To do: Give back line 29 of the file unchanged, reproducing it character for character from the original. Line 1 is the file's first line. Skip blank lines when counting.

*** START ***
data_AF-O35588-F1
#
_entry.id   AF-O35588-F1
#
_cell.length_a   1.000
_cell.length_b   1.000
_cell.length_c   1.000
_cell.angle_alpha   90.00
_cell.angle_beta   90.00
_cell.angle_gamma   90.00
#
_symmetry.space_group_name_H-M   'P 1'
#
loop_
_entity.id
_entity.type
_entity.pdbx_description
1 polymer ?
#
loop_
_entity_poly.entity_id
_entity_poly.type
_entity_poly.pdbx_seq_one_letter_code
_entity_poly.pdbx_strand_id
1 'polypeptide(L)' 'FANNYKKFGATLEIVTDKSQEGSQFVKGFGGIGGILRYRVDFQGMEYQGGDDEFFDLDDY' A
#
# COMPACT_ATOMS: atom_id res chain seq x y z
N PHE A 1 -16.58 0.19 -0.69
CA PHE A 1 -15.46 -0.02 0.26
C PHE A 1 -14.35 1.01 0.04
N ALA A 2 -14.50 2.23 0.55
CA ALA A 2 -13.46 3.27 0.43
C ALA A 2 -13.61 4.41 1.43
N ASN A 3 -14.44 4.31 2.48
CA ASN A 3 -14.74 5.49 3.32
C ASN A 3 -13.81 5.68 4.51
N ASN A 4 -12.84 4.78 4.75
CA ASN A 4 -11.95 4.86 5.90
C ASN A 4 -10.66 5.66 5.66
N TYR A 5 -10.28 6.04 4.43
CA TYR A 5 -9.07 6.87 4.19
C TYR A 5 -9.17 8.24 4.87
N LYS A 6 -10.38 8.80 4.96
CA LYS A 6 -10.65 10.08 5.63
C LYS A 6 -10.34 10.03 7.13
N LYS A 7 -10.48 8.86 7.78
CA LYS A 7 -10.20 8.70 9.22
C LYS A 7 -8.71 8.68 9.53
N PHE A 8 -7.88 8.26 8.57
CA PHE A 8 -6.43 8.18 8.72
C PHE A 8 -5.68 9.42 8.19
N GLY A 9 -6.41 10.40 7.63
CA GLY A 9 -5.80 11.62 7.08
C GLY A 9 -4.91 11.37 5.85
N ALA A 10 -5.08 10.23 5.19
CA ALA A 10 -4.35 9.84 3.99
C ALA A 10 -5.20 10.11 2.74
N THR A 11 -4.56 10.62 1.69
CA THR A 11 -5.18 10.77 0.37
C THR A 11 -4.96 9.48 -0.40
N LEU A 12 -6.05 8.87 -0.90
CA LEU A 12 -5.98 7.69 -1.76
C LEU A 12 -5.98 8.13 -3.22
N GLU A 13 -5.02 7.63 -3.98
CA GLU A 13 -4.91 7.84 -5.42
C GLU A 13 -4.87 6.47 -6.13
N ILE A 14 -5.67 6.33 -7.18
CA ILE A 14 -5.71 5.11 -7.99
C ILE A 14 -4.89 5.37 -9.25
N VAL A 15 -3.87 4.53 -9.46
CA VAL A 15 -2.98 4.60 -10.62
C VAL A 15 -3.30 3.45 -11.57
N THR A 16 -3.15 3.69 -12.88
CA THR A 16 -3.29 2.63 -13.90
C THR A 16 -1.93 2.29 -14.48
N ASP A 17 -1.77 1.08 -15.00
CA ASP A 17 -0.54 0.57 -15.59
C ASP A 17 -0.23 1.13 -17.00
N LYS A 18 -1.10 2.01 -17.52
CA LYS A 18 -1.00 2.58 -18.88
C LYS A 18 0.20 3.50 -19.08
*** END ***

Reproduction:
CA PHE A 1 -15.46 -0.02 0.26